62. Cornershop: England is a Garden (the "Brimful of Asha" 90s wonders are back with their best album)
61. Sunshine Boys: Work and Love (this is in the vein of the power pop-folk of Buffalo Tom, which makes sense since Freda Love of Blake Babies is on drums)
60. Coriky: Coriky (Fugazi's Ian MacKaye is back with a little punk-pop release that goes down rocking and easy)
59. Hinds: The Prettiest Curse (a bit of a letdown for a band of Spanish women who set the bar high on their first releases, but still wonderfully weird and melodic)
58. Dent May: Late Checkout (this L.A. new wave pop songsmith is back with a killer EP and pretty decent LP)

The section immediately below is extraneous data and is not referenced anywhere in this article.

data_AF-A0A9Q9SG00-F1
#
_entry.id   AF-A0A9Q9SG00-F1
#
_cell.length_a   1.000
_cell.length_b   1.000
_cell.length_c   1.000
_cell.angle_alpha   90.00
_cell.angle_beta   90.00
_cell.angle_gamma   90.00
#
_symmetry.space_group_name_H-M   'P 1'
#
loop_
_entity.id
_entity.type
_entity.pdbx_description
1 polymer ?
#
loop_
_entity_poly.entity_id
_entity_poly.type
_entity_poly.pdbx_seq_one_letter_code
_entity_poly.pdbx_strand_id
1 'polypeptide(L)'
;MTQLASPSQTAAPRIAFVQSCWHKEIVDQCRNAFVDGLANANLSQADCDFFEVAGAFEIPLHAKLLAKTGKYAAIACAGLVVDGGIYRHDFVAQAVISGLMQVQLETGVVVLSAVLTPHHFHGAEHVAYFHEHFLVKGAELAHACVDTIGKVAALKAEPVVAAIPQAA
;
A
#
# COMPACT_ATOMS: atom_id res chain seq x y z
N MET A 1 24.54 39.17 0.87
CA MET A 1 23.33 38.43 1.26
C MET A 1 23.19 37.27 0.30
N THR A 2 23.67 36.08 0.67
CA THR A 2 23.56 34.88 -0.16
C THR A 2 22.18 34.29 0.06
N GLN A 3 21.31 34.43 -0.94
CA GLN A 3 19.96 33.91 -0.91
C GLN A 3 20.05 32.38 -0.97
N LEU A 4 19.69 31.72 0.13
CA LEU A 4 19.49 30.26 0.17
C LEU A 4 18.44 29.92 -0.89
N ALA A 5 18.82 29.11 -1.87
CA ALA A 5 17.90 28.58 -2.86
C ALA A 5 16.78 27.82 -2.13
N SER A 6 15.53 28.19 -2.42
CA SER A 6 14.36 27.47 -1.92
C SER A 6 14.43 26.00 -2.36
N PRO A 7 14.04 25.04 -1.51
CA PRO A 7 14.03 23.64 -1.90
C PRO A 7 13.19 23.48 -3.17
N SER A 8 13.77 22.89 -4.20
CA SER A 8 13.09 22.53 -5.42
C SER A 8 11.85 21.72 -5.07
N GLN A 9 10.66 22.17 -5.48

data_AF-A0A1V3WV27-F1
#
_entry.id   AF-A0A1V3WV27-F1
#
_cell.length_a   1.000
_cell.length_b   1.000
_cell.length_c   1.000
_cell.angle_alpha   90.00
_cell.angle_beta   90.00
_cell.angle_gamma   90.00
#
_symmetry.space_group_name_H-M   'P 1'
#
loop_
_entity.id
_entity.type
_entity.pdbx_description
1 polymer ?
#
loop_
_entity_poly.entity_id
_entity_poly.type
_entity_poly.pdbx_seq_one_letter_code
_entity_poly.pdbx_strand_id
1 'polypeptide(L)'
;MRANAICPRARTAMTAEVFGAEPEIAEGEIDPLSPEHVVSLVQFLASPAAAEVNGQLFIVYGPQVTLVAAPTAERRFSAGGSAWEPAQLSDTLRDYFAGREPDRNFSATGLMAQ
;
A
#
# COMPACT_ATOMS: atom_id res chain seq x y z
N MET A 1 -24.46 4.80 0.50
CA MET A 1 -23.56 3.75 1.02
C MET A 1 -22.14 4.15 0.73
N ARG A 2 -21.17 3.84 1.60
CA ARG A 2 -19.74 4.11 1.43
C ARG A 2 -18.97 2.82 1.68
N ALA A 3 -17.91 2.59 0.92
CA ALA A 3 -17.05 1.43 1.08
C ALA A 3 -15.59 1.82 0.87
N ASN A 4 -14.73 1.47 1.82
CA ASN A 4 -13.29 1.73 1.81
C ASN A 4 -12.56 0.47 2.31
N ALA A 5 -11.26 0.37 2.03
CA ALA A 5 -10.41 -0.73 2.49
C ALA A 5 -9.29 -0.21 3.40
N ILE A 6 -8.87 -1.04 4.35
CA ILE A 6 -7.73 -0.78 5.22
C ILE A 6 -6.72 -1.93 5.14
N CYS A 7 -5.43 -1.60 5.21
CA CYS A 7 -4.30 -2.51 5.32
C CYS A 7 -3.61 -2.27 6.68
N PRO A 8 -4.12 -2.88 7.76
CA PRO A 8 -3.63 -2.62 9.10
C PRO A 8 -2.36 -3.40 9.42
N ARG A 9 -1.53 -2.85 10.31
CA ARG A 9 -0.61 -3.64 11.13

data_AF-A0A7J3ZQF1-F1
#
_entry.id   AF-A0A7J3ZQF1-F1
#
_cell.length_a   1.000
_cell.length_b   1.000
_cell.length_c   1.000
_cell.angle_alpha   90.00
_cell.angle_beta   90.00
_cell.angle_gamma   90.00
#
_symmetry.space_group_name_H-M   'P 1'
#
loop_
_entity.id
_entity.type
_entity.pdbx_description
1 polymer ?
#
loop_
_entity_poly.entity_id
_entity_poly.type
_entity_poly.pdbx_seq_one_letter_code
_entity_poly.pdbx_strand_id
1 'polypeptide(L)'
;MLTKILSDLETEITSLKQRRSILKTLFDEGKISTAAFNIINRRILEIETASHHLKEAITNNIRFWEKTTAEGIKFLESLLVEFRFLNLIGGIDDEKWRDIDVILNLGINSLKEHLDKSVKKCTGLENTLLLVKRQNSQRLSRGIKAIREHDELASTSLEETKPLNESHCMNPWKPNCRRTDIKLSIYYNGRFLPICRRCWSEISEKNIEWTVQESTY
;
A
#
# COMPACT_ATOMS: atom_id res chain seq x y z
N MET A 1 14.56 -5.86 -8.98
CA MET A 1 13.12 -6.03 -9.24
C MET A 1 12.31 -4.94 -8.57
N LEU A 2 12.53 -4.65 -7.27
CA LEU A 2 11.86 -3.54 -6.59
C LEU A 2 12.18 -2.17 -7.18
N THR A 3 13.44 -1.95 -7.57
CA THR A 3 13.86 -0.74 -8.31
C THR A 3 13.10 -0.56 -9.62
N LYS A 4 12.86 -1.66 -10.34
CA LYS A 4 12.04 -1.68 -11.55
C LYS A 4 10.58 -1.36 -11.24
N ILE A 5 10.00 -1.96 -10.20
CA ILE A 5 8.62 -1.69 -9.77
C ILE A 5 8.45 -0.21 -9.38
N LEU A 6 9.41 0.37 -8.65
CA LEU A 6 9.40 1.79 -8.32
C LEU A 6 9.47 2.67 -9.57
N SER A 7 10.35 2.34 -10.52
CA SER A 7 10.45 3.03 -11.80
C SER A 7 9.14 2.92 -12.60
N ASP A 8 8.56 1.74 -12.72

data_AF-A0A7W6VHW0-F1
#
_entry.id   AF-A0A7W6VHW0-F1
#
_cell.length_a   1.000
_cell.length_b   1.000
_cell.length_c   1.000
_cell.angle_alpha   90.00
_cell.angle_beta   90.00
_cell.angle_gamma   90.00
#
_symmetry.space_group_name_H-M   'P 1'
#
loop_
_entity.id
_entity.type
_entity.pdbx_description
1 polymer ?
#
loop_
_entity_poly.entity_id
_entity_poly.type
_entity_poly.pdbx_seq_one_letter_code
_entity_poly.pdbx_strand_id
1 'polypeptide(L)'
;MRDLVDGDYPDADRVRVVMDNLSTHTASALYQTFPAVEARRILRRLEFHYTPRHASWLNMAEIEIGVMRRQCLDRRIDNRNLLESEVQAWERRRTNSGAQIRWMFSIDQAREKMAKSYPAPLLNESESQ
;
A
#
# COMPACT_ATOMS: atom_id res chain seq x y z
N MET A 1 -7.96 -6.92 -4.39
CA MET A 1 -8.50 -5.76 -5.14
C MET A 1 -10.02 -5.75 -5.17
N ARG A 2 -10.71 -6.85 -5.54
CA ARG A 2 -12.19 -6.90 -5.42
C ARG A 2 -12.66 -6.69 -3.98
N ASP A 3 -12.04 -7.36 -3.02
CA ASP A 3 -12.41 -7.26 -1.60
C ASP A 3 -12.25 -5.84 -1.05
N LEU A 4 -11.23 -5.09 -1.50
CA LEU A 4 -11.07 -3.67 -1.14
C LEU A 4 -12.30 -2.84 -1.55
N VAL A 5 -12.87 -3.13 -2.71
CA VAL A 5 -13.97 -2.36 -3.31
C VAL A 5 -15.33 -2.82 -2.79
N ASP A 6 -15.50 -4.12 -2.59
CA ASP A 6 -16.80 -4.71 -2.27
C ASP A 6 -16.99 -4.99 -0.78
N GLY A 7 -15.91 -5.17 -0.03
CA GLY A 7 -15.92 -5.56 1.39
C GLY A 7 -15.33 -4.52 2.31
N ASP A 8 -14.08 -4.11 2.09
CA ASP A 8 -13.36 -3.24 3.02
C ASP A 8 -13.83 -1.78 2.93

57. Destroyer: Have We Met (another killer solo effort from this member of The New Pornographers; the best art-prog-pop artist of the past decade)
56. The Strokes: The New Abnormal (critics like to criticize them for never reaching the heights of their debut; but that's plain unfair, and the first half of this release is almost as good as Is This It)
55. Childish Gambino: 3.15.20 (despite universal appraisal, he has been hit-or-miss; but this one, after a slow start turns into a joyous party in which Prince is helping spirit lead)
54. Brendan Benson: Dear Life (the return of one of the top power-pop kings is every bit as innovative and catchy as expected)
53. Drive-By Truckers: The New OK (one of two Truckers' releases this year, it's not one of their many classics but it's got a lot of great southern rock-pop winners throughout)
52. Diet Cig: Do You Wonder About Me? (this is the 2020s version of the Blake Babies, with great pop hooks and soaring indie-rock vocals)